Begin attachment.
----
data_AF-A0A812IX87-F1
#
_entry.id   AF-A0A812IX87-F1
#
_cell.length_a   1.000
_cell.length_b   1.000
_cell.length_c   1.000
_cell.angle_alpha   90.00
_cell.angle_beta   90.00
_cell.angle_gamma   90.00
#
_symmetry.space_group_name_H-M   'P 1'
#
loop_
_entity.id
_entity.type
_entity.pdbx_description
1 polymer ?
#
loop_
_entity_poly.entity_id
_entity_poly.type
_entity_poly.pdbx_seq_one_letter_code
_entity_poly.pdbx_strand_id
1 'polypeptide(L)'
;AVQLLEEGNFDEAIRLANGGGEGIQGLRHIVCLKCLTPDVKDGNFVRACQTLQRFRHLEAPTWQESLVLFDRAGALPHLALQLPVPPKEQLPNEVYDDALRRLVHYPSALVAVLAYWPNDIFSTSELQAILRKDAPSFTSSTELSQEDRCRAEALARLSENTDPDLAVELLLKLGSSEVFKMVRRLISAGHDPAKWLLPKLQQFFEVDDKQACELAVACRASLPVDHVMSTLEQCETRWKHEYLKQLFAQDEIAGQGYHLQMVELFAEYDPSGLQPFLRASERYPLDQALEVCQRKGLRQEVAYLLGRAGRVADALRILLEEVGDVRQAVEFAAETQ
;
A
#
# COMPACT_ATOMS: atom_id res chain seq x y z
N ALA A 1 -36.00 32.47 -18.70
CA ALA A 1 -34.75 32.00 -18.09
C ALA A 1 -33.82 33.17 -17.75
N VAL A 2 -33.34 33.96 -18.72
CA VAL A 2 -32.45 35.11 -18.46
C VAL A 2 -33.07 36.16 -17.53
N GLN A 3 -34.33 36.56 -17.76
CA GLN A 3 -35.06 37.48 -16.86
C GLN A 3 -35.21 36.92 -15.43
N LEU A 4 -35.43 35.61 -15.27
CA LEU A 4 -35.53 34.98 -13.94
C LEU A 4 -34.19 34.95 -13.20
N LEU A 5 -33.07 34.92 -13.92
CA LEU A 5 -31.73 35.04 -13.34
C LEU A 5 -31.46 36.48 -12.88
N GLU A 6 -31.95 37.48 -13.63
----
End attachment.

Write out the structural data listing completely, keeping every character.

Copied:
data_AF-A0A812IX87-F1
#
_entry.id   AF-A0A812IX87-F1
#
_cell.length_a   1.000
_cell.length_b   1.000
_cell.length_c   1.000
_cell.angle_alpha   90.00
_cell.angle_beta   90.00
_cell.angle_gamma   90.00
#
_symmetry.space_group_name_H-M   'P 1'
#
loop_
_entity.id
_entity.type
_entity.pdbx_description
1 polymer ?
#
loop_
_entity_poly.entity_id
_entity_poly.type
_entity_poly.pdbx_seq_one_letter_code
_entity_poly.pdbx_strand_id
1 'polypeptide(L)'
;AVQLLEEGNFDEAIRLANGGGEGIQGLRHIVCLKCLTPDVKDGNFVRACQTLQRFRHLEAPTWQESLVLFDRAGALPHLALQLPVPPKEQLPNEVYDDALRRLVHYPSALVAVLAYWPNDIFSTSELQAILRKDAPSFTSSTELSQEDRCRAEALARLSENTDPDLAVELLLKLGSSEVFKMVRRLISAGHDPAKWLLPKLQQFFEVDDKQACELAVACRASLPVDHVMSTLEQCETRWKHEYLKQLFAQDEIAGQGYHLQMVELFAEYDPSGLQPFLRASERYPLDQALEVCQRKGLRQEVAYLLGRAGRVADALRILLEEVGDVRQAVEFAAETQ
;
A
#
# COMPACT_ATOMS: atom_id res chain seq x y z
N ALA A 1 -36.00 32.47 -18.70
CA ALA A 1 -34.75 32.00 -18.09
C ALA A 1 -33.82 33.17 -17.75
N VAL A 2 -33.34 33.96 -18.72
CA VAL A 2 -32.45 35.11 -18.46
C VAL A 2 -33.07 36.16 -17.53
N GLN A 3 -34.33 36.56 -17.76
CA GLN A 3 -35.06 37.48 -16.86
C GLN A 3 -35.21 36.92 -15.43
N LEU A 4 -35.43 35.61 -15.27
CA LEU A 4 -35.53 34.98 -13.94
C LEU A 4 -34.19 34.95 -13.20
N LEU A 5 -33.07 34.92 -13.92
CA LEU A 5 -31.73 35.04 -13.34
C LEU A 5 -31.46 36.48 -12.88
N GLU A 6 -31.95 37.48 -13.63